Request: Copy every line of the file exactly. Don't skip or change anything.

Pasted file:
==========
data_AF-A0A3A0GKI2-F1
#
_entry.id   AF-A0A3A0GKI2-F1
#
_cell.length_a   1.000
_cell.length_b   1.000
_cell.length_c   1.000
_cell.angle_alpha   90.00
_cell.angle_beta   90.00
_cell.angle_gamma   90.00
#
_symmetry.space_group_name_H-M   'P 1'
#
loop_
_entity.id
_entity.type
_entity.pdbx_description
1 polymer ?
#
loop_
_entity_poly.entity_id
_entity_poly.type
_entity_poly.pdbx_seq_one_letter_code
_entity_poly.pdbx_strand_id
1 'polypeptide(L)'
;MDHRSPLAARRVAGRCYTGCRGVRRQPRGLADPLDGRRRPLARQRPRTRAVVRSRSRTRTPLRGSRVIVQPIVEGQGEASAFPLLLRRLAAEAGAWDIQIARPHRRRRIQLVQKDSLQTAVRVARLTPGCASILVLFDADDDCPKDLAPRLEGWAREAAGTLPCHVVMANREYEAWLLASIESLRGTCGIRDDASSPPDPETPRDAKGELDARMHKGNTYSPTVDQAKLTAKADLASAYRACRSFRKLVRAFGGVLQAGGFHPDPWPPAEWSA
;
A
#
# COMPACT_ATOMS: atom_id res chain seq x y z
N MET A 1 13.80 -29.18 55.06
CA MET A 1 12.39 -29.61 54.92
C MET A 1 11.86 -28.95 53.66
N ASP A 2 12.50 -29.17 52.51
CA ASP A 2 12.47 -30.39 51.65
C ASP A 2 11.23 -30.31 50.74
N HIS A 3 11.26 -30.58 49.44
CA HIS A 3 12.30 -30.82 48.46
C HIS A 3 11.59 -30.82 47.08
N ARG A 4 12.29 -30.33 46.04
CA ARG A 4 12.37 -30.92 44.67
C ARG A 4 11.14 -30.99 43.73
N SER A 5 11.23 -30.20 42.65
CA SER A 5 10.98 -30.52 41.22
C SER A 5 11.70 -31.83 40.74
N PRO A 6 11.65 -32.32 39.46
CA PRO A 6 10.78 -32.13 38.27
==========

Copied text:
data_AF-A0A3A0GKI2-F1
#
_entry.id   AF-A0A3A0GKI2-F1
#
_cell.length_a   1.000
_cell.length_b   1.000
_cell.length_c   1.000
_cell.angle_alpha   90.00
_cell.angle_beta   90.00
_cell.angle_gamma   90.00
#
_symmetry.space_group_name_H-M   'P 1'
#
loop_
_entity.id
_entity.type
_entity.pdbx_description
1 polymer ?
#
loop_
_entity_poly.entity_id
_entity_poly.type
_entity_poly.pdbx_seq_one_letter_code
_entity_poly.pdbx_strand_id
1 'polypeptide(L)'
;MDHRSPLAARRVAGRCYTGCRGVRRQPRGLADPLDGRRRPLARQRPRTRAVVRSRSRTRTPLRGSRVIVQPIVEGQGEASAFPLLLRRLAAEAGAWDIQIARPHRRRRIQLVQKDSLQTAVRVARLTPGCASILVLFDADDDCPKDLAPRLEGWAREAAGTLPCHVVMANREYEAWLLASIESLRGTCGIRDDASSPPDPETPRDAKGELDARMHKGNTYSPTVDQAKLTAKADLASAYRACRSFRKLVRAFGGVLQAGGFHPDPWPPAEWSA
;
A
#
# COMPACT_ATOMS: atom_id res chain seq x y z
N MET A 1 13.80 -29.18 55.06
CA MET A 1 12.39 -29.61 54.92
C MET A 1 11.86 -28.95 53.66
N ASP A 2 12.50 -29.17 52.51
CA ASP A 2 12.47 -30.39 51.65
C ASP A 2 11.23 -30.31 50.74
N HIS A 3 11.26 -30.58 49.44
CA HIS A 3 12.30 -30.82 48.46
C HIS A 3 11.59 -30.82 47.08
N ARG A 4 12.29 -30.33 46.04
CA ARG A 4 12.37 -30.92 44.67
C ARG A 4 11.14 -30.99 43.73
N SER A 5 11.23 -30.20 42.65
CA SER A 5 10.98 -30.52 41.22
C SER A 5 11.70 -31.83 40.74
N PRO A 6 11.65 -32.32 39.46
CA PRO A 6 10.78 -32.13 38.27